Join Jaguars Inside Report Senior Editor Vic Ketchman as he tackles the fans' tough questions.
David from New York, NY:
You only took two questions on 5/10! What's the deal? Don't you know we're starving for information out here. Are you working bankers hours now? I hope you got at least three birdies!
Vic: Due to some kind of mistake of which I was not aware until I got to work this morning, the bulk of yesterday's "Ask Vic" column was omitted from what was published yesterday. What appears below is what was omitted. By the way, I was barraged by e-mails from readers perplexed by yesterday's goof. Some of those e-mails bordered on being irate. Come on, guys, do you honestly think I would do a two-question column? Anyhow, enjoy yesterday's column. I apologize for the error.
Tom from Atlanta, GA:
This was on nfl.com explaining the supplemental draft. Any truth to it? "Each club's draft position is weighted by assigning the weakest club the greatest number of lottery chances and the strongest club the fewest number. Team strength and weakness will be determined by the original order of the first round prior to the April draft and before any trades (i.e., the weakest club, which from the 2003 season is the San Diego Chargers, will have its name in the drawing 32 times, the next weakest 31 times, etc., until the Super Bowl winner, which would have its name in once). There's a three-step drawing process that works in the following order: 1. Teams that won six or fewer games in the prior regular season are placed together in a container and drawn to determine the initial arrangement of places in the selection order. 2. The remaining non-playoff teams are placed together in a container and drawn to determine their places following those determined in the first drawing. 3. Playoff teams are placed together in a container and drawn to determine the remaining places in the selection order."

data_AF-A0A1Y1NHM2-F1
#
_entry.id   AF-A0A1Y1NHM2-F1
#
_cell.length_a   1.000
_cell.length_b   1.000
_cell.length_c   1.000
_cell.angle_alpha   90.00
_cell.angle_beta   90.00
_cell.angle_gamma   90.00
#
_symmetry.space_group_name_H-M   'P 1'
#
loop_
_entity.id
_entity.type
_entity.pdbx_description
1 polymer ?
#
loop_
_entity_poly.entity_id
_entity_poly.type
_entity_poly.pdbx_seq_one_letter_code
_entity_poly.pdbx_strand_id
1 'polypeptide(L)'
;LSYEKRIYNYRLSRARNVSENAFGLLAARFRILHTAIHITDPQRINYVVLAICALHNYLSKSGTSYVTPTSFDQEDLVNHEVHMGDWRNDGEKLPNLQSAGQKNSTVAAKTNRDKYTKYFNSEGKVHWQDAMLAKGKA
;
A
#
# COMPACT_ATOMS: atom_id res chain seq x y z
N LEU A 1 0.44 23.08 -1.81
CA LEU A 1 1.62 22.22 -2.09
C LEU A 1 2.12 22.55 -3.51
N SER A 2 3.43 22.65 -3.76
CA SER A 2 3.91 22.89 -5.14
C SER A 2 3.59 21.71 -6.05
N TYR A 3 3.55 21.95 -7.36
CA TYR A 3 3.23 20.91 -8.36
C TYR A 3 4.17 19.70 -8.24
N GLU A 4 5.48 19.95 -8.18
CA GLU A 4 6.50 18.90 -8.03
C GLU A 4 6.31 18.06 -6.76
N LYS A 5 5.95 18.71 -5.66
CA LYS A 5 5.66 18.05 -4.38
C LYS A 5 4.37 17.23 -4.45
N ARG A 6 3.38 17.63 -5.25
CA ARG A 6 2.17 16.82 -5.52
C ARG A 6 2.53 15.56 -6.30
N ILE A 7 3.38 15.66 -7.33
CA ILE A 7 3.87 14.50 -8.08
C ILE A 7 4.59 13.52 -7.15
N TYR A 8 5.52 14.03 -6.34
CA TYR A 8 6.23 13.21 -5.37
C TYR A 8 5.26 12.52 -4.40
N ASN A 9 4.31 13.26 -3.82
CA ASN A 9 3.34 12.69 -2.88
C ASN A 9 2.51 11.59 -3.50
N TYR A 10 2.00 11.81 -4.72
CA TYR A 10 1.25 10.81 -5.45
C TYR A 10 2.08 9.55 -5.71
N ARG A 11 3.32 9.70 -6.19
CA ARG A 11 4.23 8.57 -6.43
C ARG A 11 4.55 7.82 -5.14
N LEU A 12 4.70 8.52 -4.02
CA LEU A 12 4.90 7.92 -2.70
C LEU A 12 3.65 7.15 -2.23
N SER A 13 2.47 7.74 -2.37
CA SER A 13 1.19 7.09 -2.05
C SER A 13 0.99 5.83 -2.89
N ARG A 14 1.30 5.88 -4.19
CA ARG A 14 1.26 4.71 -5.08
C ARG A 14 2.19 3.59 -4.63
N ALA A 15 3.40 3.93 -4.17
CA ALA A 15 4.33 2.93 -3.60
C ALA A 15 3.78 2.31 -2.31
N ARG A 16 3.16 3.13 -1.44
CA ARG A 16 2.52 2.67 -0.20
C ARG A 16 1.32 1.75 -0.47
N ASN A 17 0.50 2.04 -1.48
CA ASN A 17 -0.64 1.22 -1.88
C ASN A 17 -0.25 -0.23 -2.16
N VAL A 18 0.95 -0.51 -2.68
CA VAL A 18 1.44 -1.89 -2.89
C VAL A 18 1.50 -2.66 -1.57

Vic: That's the long answer. Thanks.
Kevin from Hazleton, PA:
I have sent in so many questions but none of them were answered yet. Please answer this one. What are the odds Tony Brackens will play for Jacksonville this season?
Vic: The odds favor Tony Brackens playing for the Jaguars this season, largely because Brackens attracted almost no interest in free agency. What it comes down to now is Brackens and the Jaguars agreeing to a contract. In my opinion, the Jaguars aren't going to want to pay big for a guy who will also represent a $7 million dead-money hit on the team's salary cap. It's up to Brackens to decide how badly he wants to play this game because his big-money days are over.
Brad from Franklin, TN:
Can a junior out of college not declare himself draft eligible for the April draft and then declare himself eligible for the July draft with the chance of being taken higher and receiving, say, first or second-round money.
Vic: The rule is a player may not bypass the April draft with the intent of applying for eligibility in the July draft, but there are always exceptions to the rule. If an event occurs after the April draft and prior to the July draft, the league may grant eligibility. Such was the case last year with Tony Hollings, who was involved in Georgia Tech's spring practices when he was declared academically ineligible for the 2003 college football season. Hollings sought and was granted eligibility for the July draft, on the basis that it was not his intent to avoid the April draft for the purpose of entering the July draft. All of the supplemental draft rules have a "Bernie Kosar bent" to them. Kosar manipulated the draft process in 1985 when he avoided the April draft, then sought and won eligibility for the supplemental draft. Kosar wanted to play for the Browns, who traded into the top spot in the supplemental draft and selected Kosar.
Dave from Jacksonville:
One more question about the supplemental draft. Is it possible to trade up to get a player?